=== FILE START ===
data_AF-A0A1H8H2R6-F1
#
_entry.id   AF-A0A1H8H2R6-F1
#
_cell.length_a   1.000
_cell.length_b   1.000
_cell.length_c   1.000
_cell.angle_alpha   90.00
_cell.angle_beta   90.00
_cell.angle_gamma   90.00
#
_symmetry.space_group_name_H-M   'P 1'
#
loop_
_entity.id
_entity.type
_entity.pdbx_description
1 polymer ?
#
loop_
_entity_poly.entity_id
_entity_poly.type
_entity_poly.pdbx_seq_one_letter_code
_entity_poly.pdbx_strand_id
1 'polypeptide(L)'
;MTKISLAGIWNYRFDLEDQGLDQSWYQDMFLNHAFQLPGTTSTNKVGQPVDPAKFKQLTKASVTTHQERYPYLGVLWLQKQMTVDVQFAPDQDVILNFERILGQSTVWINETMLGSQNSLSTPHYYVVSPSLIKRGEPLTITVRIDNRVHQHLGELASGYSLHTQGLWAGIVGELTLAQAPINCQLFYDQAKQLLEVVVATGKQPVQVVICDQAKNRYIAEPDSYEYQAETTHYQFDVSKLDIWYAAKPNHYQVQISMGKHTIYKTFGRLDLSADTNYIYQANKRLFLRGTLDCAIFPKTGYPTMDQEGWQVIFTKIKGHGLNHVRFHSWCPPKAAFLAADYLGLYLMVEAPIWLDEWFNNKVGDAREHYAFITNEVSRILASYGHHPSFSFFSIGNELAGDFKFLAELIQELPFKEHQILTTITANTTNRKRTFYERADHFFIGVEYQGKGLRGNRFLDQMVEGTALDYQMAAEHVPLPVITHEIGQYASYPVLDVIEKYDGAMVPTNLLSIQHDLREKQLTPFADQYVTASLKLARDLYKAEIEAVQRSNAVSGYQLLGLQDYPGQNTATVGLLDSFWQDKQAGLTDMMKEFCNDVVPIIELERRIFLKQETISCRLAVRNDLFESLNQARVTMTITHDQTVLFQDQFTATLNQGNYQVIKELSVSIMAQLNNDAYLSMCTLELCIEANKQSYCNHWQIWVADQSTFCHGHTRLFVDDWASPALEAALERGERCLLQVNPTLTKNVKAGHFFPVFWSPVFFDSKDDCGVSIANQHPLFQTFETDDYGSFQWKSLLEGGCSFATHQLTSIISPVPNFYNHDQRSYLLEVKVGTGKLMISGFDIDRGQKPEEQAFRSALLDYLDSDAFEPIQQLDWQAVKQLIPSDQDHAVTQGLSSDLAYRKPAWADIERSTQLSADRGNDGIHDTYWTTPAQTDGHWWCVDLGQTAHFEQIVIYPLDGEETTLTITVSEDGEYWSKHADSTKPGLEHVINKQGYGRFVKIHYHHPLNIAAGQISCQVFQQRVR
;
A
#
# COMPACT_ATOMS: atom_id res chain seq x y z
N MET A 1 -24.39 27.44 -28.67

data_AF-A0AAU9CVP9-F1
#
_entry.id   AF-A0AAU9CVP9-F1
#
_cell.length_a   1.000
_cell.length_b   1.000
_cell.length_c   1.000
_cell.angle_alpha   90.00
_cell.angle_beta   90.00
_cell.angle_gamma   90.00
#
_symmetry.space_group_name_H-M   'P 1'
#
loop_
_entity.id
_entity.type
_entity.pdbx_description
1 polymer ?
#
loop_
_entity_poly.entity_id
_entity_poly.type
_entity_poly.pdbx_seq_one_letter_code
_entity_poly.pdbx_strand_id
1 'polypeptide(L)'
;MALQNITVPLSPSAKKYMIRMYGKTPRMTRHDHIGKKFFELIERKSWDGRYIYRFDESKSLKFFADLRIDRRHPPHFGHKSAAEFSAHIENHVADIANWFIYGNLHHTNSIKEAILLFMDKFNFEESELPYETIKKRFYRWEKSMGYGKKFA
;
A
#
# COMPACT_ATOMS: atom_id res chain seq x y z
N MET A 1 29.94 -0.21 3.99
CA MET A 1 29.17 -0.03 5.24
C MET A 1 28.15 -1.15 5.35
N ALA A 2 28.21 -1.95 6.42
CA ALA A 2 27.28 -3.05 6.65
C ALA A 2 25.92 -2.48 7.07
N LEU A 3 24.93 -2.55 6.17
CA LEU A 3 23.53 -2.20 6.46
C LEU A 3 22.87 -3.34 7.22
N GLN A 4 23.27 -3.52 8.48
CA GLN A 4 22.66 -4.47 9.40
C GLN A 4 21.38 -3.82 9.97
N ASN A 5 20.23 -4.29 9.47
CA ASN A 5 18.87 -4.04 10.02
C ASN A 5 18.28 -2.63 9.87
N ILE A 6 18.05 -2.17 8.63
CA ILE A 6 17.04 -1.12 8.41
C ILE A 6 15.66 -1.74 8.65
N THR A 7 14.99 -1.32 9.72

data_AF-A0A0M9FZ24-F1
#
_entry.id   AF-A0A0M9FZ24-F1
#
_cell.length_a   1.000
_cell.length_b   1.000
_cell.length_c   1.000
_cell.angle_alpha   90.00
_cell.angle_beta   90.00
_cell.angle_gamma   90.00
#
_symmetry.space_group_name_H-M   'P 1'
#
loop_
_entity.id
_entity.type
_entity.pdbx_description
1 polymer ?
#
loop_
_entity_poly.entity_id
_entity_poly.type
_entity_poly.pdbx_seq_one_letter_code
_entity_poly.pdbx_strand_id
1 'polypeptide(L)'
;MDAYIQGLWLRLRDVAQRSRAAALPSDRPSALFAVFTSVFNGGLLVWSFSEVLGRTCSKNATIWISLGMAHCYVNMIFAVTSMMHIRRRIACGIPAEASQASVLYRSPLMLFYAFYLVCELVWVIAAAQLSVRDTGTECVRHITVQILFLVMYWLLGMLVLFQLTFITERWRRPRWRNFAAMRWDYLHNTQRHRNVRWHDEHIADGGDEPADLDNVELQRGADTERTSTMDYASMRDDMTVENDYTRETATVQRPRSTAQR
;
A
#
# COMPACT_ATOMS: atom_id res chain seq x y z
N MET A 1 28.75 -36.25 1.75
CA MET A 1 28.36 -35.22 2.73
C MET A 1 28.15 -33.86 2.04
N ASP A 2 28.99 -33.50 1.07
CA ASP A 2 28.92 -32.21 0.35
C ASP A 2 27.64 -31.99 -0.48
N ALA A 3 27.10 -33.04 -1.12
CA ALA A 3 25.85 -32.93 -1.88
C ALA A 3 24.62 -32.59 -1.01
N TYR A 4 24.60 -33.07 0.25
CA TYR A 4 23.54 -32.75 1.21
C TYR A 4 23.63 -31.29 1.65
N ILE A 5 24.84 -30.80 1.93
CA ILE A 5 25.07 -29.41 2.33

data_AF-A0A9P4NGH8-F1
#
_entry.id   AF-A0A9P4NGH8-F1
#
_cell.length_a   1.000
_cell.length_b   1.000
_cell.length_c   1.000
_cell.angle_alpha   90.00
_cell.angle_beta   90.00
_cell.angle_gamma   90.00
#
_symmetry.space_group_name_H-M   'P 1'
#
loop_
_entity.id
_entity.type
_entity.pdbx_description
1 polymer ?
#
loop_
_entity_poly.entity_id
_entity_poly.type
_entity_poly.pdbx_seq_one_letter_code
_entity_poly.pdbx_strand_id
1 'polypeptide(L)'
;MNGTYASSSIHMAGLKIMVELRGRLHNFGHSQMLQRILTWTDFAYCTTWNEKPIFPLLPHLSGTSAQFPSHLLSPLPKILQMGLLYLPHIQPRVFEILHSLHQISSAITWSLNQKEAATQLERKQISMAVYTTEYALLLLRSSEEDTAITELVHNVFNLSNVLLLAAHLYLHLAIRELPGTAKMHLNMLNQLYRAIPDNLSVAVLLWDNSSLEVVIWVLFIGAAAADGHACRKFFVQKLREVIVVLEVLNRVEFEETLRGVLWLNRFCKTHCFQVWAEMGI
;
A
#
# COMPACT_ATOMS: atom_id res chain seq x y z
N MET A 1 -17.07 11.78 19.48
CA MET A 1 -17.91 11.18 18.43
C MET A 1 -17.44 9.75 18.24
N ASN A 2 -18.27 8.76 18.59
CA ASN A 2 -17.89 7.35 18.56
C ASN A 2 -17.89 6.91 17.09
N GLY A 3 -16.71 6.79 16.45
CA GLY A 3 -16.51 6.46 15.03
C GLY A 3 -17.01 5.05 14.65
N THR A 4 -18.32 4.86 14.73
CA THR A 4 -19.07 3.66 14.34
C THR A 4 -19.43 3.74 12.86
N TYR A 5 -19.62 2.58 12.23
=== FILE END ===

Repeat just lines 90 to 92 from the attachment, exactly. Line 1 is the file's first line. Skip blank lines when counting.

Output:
_cell.angle_gamma   90.00
#
_symmetry.space_group_name_H-M   'P 1'